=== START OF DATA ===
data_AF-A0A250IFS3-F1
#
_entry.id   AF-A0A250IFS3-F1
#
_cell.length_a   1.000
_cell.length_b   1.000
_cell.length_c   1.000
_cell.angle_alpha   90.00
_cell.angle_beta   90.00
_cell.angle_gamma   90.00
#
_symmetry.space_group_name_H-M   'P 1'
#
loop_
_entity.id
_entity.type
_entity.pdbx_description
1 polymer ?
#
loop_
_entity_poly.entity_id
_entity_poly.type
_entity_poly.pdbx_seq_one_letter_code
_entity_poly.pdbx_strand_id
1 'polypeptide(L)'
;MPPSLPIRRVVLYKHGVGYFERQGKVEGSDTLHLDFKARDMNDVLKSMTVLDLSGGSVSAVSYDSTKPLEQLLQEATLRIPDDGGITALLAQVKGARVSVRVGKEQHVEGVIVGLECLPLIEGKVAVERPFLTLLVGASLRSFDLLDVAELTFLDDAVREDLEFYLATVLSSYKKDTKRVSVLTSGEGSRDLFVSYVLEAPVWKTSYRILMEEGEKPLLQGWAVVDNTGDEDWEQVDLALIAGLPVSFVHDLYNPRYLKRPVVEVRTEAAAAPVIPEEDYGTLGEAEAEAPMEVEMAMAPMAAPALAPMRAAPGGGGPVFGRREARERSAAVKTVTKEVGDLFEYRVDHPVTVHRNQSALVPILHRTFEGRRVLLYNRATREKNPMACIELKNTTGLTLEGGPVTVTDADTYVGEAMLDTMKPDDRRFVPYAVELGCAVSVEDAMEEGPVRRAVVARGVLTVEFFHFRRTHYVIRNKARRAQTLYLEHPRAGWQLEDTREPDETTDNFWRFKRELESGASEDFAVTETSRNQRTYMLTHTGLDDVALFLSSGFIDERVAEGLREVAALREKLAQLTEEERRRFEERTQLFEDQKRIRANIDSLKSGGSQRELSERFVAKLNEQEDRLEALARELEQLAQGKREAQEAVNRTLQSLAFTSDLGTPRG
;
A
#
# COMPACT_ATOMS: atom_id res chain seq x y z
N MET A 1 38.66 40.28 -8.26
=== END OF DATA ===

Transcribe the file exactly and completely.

data_AF-A0A250IFS3-F1
#
_entry.id   AF-A0A250IFS3-F1
#
_cell.length_a   1.000
_cell.length_b   1.000
_cell.length_c   1.000
_cell.angle_alpha   90.00
_cell.angle_beta   90.00
_cell.angle_gamma   90.00
#
_symmetry.space_group_name_H-M   'P 1'
#
loop_
_entity.id
_entity.type
_entity.pdbx_description
1 polymer ?
#
loop_
_entity_poly.entity_id
_entity_poly.type
_entity_poly.pdbx_seq_one_letter_code
_entity_poly.pdbx_strand_id
1 'polypeptide(L)'
;MPPSLPIRRVVLYKHGVGYFERQGKVEGSDTLHLDFKARDMNDVLKSMTVLDLSGGSVSAVSYDSTKPLEQLLQEATLRIPDDGGITALLAQVKGARVSVRVGKEQHVEGVIVGLECLPLIEGKVAVERPFLTLLVGASLRSFDLLDVAELTFLDDAVREDLEFYLATVLSSYKKDTKRVSVLTSGEGSRDLFVSYVLEAPVWKTSYRILMEEGEKPLLQGWAVVDNTGDEDWEQVDLALIAGLPVSFVHDLYNPRYLKRPVVEVRTEAAAAPVIPEEDYGTLGEAEAEAPMEVEMAMAPMAAPALAPMRAAPGGGGPVFGRREARERSAAVKTVTKEVGDLFEYRVDHPVTVHRNQSALVPILHRTFEGRRVLLYNRATREKNPMACIELKNTTGLTLEGGPVTVTDADTYVGEAMLDTMKPDDRRFVPYAVELGCAVSVEDAMEEGPVRRAVVARGVLTVEFFHFRRTHYVIRNKARRAQTLYLEHPRAGWQLEDTREPDETTDNFWRFKRELESGASEDFAVTETSRNQRTYMLTHTGLDDVALFLSSGFIDERVAEGLREVAALREKLAQLTEEERRRFEERTQLFEDQKRIRANIDSLKSGGSQRELSERFVAKLNEQEDRLEALARELEQLAQGKREAQEAVNRTLQSLAFTSDLGTPRG
;
A
#
# COMPACT_ATOMS: atom_id res chain seq x y z
N MET A 1 38.66 40.28 -8.26